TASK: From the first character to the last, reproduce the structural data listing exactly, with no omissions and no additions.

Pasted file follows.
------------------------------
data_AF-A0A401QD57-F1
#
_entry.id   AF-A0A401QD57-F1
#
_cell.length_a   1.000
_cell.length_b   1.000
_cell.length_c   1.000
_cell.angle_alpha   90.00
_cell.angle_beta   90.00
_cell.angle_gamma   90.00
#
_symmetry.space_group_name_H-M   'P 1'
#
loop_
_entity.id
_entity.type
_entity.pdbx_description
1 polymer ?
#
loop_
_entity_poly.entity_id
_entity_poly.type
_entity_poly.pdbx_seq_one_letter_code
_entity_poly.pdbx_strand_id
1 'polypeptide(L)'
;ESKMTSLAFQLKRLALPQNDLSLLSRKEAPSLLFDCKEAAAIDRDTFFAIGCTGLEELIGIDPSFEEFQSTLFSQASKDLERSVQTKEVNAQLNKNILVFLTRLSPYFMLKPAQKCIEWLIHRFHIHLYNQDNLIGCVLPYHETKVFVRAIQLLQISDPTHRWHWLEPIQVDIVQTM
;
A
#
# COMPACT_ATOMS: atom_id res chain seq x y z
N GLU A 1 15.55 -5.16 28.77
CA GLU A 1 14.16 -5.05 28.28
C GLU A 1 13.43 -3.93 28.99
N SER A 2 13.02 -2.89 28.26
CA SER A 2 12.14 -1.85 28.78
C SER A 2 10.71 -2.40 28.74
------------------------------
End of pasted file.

data_AF-A0A401QD57-F1
#
_entry.id   AF-A0A401QD57-F1
#
_cell.length_a   1.000
_cell.length_b   1.000
_cell.length_c   1.000
_cell.angle_alpha   90.00
_cell.angle_beta   90.00
_cell.angle_gamma   90.00
#
_symmetry.space_group_name_H-M   'P 1'
#
loop_
_entity.id
_entity.type
_entity.pdbx_description
1 polymer ?
#
loop_
_entity_poly.entity_id
_entity_poly.type
_entity_poly.pdbx_seq_one_letter_code
_entity_poly.pdbx_strand_id
1 'polypeptide(L)'
;ESKMTSLAFQLKRLALPQNDLSLLSRKEAPSLLFDCKEAAAIDRDTFFAIGCTGLEELIGIDPSFEEFQSTLFSQASKDLERSVQTKEVNAQLNKNILVFLTRLSPYFMLKPAQKCIEWLIHRFHIHLYNQDNLIGCVLPYHETKVFVRAIQLLQISDPTHRWHWLEPIQVDIVQTM
;
A
#
# COMPACT_ATOMS: atom_id res chain seq x y z
N GLU A 1 15.55 -5.16 28.77
CA GLU A 1 14.16 -5.05 28.28
C GLU A 1 13.43 -3.93 28.99
N SER A 2 13.02 -2.89 28.26
CA SER A 2 12.14 -1.85 28.78
C SER A 2 10.71 -2.40 28.74